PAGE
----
It might have been better to choose one of Buddy Holly or Ritchie Valens songs, but I thought it would be more appropriate to showcase Rock & Roll’s most famous tribute to the day the music died. I am confident that you all have at  least heard Don McLean’s “American Pie,” even if you don’t have all the lyrics memorized (which along with Queen’s “Bohemian Rhapsody” is the really the most important song to be able to sing along with when it comes on the radio – so get on that). However, if you haven’t had a chance to check out the rest of the album, I encourage it. The music is fairly low key, but the lyrics really are great and make it one of my favorite all time albums.

Don McLean – American Pie

Also, find a version that doesn’t have the horrible sound quality of a youtube video and listen to that too. Then tell us what you think of it.

John Mark Nelson – The Moon and Stars


After a relatively unknown debut album, 19 year old Minneapolis local John Mark Nelson started to make ripples in the Twin Cities music scene with his sophomore album Waiting and Waiting released last August. Somehow managing to bring a unique sound to that folk singer/songwriter genre, a genre where typically one artist sounds much like another, John Mark Nelson quickly rose to the top my folk playlists when I first heard his music. Waiting and Waiting is a great collection of mellow tunes with a surprising amount of melodic diversity. Thanks in a large part to our favorite local MPR stations, The Current, John Mark Nelson is finally reaching an audience beyond just the young Minneapolitans who closely follow our local music treasures. Having just successfully raised money for a new album through a Kickstarter project, we look forward to see how his music will continue to develop.

Originally I was going to feature the song “Rain Comes Down” off of Nelson’s new album, but I wanted to post a video and currently the only one I could get my hands on was a track called “The Moon and Stars,” a single from the new project I just mentioned. I am actually quite happy about this because it not only gives a glimpse of  where he is going, but I think I actually like this song more than the one I was originally going to play. So enjoy, check out his Facebook page, and see him live on March 2nd at the Icehouse here in Minneapolis.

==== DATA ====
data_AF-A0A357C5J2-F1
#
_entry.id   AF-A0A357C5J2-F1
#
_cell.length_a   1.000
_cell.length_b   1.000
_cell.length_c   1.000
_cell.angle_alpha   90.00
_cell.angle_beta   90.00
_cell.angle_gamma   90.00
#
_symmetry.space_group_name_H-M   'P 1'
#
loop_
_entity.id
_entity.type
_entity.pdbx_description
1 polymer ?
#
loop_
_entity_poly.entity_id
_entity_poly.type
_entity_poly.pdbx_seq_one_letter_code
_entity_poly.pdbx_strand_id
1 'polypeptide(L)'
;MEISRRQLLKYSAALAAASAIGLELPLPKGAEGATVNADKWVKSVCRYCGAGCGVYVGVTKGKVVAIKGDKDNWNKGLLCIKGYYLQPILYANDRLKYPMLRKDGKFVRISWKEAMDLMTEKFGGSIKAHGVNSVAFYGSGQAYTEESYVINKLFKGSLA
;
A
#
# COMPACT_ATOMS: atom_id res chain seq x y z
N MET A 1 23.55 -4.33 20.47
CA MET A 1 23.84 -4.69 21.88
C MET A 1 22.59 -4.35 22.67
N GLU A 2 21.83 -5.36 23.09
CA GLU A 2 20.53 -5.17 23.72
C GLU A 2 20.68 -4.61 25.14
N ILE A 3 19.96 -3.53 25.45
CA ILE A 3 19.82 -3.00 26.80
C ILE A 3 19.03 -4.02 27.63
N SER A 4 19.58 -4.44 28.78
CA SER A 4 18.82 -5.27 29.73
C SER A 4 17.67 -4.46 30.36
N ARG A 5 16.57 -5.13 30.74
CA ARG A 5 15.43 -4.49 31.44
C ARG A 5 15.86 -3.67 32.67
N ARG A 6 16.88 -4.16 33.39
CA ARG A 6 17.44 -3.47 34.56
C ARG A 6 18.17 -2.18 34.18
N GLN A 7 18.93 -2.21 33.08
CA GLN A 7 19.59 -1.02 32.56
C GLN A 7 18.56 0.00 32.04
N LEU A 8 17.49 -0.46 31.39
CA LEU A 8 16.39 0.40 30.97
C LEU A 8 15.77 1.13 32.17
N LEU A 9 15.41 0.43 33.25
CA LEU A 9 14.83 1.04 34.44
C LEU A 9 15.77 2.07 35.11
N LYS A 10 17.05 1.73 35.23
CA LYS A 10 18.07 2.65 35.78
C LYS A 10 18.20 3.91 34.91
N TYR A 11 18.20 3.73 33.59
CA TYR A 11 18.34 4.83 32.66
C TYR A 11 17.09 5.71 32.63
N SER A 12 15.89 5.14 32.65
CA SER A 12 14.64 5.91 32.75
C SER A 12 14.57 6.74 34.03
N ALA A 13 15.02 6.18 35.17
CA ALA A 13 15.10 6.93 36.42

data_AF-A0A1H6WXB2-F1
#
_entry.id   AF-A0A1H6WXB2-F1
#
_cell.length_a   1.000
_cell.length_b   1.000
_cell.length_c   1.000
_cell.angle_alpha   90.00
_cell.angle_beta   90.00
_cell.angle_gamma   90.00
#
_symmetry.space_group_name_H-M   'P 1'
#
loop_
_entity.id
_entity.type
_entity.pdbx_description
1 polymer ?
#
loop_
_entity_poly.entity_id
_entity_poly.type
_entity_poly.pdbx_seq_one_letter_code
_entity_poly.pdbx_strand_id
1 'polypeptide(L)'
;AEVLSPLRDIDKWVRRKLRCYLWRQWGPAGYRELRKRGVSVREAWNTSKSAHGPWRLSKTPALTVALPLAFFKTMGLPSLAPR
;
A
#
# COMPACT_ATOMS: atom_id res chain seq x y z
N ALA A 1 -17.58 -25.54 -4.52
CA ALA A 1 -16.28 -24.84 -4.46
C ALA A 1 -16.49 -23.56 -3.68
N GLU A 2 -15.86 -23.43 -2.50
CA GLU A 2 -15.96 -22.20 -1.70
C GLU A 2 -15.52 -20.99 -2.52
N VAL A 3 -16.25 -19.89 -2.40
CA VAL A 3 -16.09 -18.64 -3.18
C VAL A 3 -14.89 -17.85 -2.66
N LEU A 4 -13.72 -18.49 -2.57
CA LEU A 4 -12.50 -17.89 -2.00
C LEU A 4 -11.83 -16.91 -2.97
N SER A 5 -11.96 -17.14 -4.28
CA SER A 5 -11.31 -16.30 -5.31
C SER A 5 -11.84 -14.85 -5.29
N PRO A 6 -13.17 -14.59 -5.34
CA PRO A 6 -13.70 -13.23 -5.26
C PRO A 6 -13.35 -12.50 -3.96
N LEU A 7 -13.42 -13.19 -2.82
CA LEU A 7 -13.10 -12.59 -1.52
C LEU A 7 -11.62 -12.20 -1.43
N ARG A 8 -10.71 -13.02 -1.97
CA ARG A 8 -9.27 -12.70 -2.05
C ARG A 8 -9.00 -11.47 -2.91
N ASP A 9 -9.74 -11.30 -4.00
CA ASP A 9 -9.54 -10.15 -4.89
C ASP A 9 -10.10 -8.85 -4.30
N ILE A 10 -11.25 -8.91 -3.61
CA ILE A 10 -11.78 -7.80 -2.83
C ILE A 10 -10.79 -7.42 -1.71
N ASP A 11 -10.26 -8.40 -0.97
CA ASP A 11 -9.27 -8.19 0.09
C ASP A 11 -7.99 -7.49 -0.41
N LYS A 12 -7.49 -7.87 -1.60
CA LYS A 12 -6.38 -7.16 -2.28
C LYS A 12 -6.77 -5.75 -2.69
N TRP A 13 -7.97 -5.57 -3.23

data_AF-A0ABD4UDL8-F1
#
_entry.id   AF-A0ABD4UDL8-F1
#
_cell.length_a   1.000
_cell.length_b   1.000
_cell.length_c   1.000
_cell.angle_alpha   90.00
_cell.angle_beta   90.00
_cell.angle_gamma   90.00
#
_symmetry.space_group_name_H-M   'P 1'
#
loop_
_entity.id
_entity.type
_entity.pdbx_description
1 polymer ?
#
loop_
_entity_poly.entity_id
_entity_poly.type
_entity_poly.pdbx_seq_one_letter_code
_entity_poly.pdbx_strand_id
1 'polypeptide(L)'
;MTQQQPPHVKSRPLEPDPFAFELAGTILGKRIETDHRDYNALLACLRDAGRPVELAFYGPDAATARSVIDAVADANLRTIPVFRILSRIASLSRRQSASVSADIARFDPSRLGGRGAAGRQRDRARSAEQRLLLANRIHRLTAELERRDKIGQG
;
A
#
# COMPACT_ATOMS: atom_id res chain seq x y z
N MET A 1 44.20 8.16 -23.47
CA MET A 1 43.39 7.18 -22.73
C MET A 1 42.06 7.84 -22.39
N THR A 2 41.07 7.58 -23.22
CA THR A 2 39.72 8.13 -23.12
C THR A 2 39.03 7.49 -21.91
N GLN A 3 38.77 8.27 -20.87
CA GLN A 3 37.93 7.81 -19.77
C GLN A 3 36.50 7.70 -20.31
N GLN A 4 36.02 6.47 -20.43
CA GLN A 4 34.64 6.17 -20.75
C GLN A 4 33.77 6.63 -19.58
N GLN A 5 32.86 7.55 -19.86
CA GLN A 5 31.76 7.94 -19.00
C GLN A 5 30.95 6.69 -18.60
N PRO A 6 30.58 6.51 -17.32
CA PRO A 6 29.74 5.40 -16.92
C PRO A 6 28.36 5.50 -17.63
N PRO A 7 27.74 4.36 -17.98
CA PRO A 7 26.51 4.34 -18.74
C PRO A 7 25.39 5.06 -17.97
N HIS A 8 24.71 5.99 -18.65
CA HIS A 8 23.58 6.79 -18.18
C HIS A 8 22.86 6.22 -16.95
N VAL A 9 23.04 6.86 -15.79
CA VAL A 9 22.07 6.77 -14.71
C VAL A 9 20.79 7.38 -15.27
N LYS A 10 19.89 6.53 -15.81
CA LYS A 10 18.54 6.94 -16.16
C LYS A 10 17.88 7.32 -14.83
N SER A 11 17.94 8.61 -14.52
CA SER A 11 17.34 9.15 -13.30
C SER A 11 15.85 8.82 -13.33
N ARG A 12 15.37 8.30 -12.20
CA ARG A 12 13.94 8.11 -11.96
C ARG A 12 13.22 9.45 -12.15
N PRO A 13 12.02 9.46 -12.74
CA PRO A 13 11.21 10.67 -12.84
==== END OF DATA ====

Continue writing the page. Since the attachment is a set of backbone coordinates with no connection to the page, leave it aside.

As always, let us know what you think.



The Andrews Sisters – Boogie Woogie Bugle Boy

The Andrew Sisters entertaining troops in WWII

Todays Throwback Thursday honors the passing of Minnesota native and music legend Patty Andrews who, until her death yesterday at the age of 94, was the last surviving member of the Andrew Sisters. The singing trio, originally from Mound, Minnesota, were famous for their jazzy tunes and coordinated dancing. Along with contemporary actors and performers like Bing Crosby, Bette Davis, and Doris Day (who was also Patty’s romantic rival), the Andrews Sisters spent the second world war singing for soldiers and raising morale in Europe and Africa. They also were sought after for WWII films and even performed on Broadway. Although the group broke up once in the early 50’s and again in the 60’s with the death of LaVerne Andrews, the group remains an icon of 1940’s swing and an important, if often overlooked, part of Minneapolis’s musical heritage.